Partially-sighted sport saved my life, says player

"Goalball has saved my life" - this is the view of a visually-impaired sportsman set for Great Britain trials.

Not only has it helped Gareth lose two stone (13kg) but it has enabled him to make friends and feel valued as part of a team.

The 17-year-old from Drefach, Carmarthenshire, lives with Bardet-Biedl syndrome, a rare genetic condition which affects one in 100,000 people.

There are now calls to create more Goalball teams around Wales and give more young people with sight loss such as Gareth an opportunity to take part in team sports.

“Goalball has saved my life," Gareth said.

"It’s had a really big impact.

"It’s given me loads of friends, It’s given me something to look forward to, to enjoy when I’ve had a really depressed week.”

Gareth's condition can impact on sight and kidney function, but it also means his body does not know when to stop eating.

It means he struggled with his weight during his younger years, until he made a conscious effort to change that, started running and found Goalball.

As well as having trials for Great Britain, he is also set to take part in a half marathon around the major landmarks in London.

Gareth before he lost weight
Gareth has lost two stone (13kg) since discovering Goalball and running

Goalball was designed specifically for visually-impaired people, and has three people on court in each team at any one time, who all wear eyeshades.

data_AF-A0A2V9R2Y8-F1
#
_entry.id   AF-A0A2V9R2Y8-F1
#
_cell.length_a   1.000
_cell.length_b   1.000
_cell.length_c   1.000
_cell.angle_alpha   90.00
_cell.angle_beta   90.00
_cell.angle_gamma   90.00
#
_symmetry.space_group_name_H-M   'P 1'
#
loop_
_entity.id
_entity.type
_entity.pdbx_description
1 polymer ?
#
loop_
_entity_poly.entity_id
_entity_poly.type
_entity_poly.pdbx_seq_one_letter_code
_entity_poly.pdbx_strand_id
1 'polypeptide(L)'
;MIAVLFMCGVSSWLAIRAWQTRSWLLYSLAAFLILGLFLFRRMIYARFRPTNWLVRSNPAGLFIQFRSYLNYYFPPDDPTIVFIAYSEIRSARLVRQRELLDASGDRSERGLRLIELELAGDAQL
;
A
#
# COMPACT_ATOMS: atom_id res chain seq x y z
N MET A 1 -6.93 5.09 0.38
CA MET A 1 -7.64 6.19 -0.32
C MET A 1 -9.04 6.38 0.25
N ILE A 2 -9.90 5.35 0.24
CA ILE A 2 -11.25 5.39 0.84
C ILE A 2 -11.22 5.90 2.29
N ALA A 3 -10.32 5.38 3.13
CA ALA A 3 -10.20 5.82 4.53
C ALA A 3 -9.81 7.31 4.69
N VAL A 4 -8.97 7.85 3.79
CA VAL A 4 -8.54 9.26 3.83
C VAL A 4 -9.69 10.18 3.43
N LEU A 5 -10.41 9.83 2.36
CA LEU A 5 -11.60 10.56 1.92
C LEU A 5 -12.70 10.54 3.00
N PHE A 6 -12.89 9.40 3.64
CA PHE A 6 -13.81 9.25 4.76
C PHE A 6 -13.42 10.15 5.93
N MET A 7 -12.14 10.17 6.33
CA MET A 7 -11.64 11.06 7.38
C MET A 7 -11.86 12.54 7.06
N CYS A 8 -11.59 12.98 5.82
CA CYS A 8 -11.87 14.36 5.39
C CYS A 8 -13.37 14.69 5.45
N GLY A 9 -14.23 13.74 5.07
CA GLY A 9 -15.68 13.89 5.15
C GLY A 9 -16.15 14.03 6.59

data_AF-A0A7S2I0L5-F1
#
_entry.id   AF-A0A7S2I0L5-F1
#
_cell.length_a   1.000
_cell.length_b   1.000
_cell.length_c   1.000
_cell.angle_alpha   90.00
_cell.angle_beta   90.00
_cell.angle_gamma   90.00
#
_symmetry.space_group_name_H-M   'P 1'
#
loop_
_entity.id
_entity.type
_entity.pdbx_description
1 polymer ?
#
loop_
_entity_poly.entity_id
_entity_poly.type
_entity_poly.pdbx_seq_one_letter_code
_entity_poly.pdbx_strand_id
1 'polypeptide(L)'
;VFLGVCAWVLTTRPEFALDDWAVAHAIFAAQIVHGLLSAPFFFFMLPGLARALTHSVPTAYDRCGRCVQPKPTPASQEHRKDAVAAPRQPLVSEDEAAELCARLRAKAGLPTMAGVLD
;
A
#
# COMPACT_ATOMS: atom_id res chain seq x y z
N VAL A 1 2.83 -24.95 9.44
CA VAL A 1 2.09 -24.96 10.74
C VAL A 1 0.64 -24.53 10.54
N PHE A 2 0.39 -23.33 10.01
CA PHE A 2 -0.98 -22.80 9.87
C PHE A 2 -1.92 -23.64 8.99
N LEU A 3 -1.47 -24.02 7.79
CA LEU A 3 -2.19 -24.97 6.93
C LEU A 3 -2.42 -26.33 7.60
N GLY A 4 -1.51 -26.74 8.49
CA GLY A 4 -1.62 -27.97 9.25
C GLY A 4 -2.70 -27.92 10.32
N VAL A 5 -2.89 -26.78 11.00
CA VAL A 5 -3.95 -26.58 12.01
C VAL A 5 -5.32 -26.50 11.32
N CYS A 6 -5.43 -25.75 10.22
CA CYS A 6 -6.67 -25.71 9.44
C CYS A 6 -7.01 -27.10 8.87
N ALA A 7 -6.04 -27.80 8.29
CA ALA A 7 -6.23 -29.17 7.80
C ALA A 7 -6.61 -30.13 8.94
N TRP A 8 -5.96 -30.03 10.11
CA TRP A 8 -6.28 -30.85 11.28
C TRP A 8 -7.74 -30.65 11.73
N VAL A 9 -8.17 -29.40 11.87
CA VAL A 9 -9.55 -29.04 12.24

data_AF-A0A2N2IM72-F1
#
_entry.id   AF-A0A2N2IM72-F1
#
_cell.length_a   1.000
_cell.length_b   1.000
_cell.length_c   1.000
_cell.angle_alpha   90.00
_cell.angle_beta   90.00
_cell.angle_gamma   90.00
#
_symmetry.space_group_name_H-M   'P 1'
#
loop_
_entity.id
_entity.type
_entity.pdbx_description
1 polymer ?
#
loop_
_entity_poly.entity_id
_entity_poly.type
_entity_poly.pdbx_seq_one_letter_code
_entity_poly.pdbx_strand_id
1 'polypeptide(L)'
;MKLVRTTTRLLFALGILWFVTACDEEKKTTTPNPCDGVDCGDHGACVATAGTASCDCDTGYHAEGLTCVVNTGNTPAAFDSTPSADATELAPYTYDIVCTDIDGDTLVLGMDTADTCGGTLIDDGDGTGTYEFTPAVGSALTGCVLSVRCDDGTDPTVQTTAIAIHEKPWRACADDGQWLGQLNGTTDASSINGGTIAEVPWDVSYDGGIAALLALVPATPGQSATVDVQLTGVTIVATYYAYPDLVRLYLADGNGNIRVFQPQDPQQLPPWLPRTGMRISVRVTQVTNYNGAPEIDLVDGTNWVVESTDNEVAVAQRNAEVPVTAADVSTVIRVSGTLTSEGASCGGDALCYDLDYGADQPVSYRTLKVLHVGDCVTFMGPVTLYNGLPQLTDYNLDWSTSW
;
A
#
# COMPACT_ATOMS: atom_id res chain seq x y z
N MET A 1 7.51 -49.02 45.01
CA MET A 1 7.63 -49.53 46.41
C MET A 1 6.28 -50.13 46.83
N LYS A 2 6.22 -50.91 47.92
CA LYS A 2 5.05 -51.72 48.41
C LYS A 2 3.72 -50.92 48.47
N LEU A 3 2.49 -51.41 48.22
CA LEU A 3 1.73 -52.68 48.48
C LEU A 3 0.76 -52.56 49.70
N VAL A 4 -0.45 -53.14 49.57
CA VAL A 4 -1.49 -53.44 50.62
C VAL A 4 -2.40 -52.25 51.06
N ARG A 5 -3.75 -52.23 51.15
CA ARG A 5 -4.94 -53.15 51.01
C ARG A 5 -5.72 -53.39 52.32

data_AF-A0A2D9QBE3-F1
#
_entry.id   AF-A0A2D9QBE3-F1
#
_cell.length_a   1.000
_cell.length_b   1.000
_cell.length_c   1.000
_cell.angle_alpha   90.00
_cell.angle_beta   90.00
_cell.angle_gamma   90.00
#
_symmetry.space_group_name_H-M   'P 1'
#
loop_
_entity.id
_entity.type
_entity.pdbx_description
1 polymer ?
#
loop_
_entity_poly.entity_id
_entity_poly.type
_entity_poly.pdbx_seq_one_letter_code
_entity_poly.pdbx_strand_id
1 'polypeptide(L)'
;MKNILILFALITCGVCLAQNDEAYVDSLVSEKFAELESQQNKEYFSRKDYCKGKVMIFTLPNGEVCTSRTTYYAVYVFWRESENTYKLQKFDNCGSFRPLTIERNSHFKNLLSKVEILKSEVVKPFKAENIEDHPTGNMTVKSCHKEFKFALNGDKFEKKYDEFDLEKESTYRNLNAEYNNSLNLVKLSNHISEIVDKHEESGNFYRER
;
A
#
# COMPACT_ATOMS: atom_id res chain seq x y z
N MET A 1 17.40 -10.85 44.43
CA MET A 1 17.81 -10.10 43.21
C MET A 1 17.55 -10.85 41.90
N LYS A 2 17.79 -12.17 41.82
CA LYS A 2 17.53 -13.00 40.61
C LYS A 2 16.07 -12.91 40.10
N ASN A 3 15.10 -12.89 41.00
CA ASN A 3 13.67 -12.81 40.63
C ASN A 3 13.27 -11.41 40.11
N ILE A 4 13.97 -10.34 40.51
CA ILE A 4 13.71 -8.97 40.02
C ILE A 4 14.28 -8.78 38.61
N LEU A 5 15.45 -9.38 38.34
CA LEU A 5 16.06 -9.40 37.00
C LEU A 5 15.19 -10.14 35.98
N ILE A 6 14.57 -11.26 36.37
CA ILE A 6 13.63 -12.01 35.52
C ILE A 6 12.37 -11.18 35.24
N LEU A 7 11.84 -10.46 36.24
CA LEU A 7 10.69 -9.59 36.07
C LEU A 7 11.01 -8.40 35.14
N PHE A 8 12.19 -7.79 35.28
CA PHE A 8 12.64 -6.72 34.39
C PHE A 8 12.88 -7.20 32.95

The aim is to defend a large goal area which is 9m (29.5ft) wide, while scoring in the opposition's goal.

"It’s played with a medicine ball that weighs 1.25kg," Gareth explained.

"It’s got two bells in it, so you can hear the ball on court when you’ve got your eyeshades on.

"It packs quite a punch as well.”

However, there are few sides around and Gareth has to travel 57 miles (91km) from his home near Llanelli to Cardiff to play for the South Wales Goalball team.

“The younger players have said that it’s been really life-changing," according to Sarah Jones, one of the volunteers with the team.

"They found other people with sight loss who are the same as them, who they can be friends with, do normal things that normal young people do."

For Helen, Gareth's mother, the change in her son since he discovered the sport has been dramatic.

“Discovering Goalball, has absolutely changed his life, so much. It's unbelievable," she said.

"When you're the only pupil in school with a sight impairment, you can’t take part in team sport, obviously, because you need a team.

"It just gave him a whole new world. I would say that goalball has saved his life.”

Helen volunteers with Eye believe Eye Can - a charity based in Carmarthenshire that supports young people with sight problems.

“Hopefully we can get a team up and running in west Wales as well," she said.

"It'll cover Ceredigion, Pembrokeshire and Carmarthenshire because there's nothing really in this area, especially for this age."

Gareth running
Gareth training for the London Landmarks half marathon

The sport is not currently easily accessible in north Wales either, but that could soon change with plans to create a team in Wrexham.

“Our aim is to hold the first session on 18 May with a further two sessions in June and July," said Goalball UK's development officer Kathryn Fielding.

"Hopefully it will grow."

For many, the sport has been transformative.

Gareth will soon be having trials for the Great Britain Goalball team, but before that, he has a small matter of a half marathon to prepare for.

“I’ll be running the London Landmarks half marathon next month," he said.

"I’m quite excited. I’m a little bit nervous as well because I haven’t run a half marathon before.”